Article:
Imaging: ISS, Comet Garradd, Cassiopeia Star Spectra, Moon
Posted: 15 October 2011
The observatory was opened at 1809 MST, 86°F, to mostly clear skies, with some clouds low in the west to north sky. At 1816 MST, I took a quick look at Venus, 77X, through some tree branches. I then updated the ISS TLE in the telescope. The D7000 DSLR was mounted at 8" LX200-ACF prime focus + 3X TeleXtender. Slewed to Vega for a finderscope alignment check and a focus test using the Bahtinov Mask. At 1839 MST, I was ready for the ISS pass, scheduled to begin at 1903 MST.
The ISS pass was a good, high, bright one. Unfortunately, tracking was not very good this night. I struggled to keep the International Space Station near the finderscope crosshair. But during post-processing, there were a few frames in the 1/2000sec, ISO 6400, 4m37s, HD video recording that captured the ISS, albeit rather blurred due to the rapid motion across the FOV. One frame showed some structure:
I plan to decrease the ISO to 5000 and increase the exposure time to 1/1600sec for my next ISS imaging attempt.
I then set up to image Comet C/2009 P1 (Garradd) at prime focus (no TeleXtender). Redid the focus test on Vega using the Bahtinov Mask. Here is a good image showing the mask spikes that make focusing so easy:
I then did a 1 minute, ISO 6400, unguided exposure of the comet. Star trailing was evident, so I did 30 second exposures at various ISO settings. I then did another 1 minute, ISO 5000, unguided exposure, and it turned out fairly good:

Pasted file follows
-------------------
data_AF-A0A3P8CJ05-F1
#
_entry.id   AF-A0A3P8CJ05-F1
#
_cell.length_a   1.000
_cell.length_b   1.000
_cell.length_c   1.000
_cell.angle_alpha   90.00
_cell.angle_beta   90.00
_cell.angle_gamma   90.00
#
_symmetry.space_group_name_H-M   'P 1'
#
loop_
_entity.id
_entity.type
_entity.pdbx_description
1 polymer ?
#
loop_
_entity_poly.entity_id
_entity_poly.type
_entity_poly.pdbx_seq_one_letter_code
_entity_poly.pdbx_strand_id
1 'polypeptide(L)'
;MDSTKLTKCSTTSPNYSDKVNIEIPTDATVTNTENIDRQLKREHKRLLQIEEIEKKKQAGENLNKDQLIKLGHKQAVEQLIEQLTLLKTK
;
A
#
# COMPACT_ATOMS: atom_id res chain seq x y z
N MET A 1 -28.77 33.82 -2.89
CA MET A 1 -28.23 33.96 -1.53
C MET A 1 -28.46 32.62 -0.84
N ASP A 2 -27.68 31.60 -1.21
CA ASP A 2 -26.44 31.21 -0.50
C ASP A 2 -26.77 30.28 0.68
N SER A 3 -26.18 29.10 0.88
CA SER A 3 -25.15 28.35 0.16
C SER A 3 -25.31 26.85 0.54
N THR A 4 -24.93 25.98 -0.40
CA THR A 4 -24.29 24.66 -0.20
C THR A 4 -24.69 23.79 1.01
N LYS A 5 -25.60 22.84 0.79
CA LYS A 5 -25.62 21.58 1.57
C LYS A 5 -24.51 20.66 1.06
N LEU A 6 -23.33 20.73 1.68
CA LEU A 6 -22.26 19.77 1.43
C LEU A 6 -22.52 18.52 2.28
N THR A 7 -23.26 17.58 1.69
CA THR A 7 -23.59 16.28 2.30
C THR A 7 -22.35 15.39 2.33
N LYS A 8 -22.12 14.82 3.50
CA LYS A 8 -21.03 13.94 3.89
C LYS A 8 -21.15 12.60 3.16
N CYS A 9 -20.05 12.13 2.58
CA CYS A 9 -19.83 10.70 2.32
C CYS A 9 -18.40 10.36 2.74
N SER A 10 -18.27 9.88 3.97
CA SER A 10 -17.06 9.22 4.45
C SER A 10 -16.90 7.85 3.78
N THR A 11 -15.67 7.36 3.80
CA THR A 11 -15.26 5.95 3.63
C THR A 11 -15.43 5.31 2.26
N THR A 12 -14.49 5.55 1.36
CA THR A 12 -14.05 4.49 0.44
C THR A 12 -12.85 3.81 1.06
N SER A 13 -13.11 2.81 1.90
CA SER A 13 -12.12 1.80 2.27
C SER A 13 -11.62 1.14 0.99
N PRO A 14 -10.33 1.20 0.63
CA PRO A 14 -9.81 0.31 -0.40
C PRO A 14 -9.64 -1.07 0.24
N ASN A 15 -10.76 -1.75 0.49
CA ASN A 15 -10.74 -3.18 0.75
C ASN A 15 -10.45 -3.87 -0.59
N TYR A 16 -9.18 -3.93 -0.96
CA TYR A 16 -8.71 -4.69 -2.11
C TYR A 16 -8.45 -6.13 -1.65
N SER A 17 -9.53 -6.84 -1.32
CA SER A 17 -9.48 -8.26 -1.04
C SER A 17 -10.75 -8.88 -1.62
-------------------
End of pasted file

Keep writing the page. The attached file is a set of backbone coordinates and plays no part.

I will use the Off-Axis Guider and guide for the next comet imaging session.
At 1936 MST, I ended comet imaging as the rising waning gibbous moon was brightening the sky. I began setting up for some spectroscopy using the Star Analyser. This night I imaged the five bright stars in the constellation of Cassiopeia that show my initials ("M", "W"). These processed images are from 1/20sec or 1/25sec, ISO 1600, exposures with the D7000 DSLR:
Imaging was ended at 2012 MST. Clouds were increasing from the west. At 2024 MST, viewed Jupiter, low in the east, at 77X and 133X. Four moons and the Great Red Spot were visible. By 2030 MST, the clouds had now reached the zenith. At 2040 MST, I took a look at the moon, still very low in the east, at 133X. There were occasionally some nice views along the terminator and limb. At 2050 MST, I set up for D7000 lunar imaging, as clouds were approaching the moon. This is a cropped, 1/400sec, ISO 200, exposure, made at prime focus + focal reducer + visual back:
Due to clouds and bright moonlight, the observatory was closed at 2125 MST, 71°F.
Go to the previous report.
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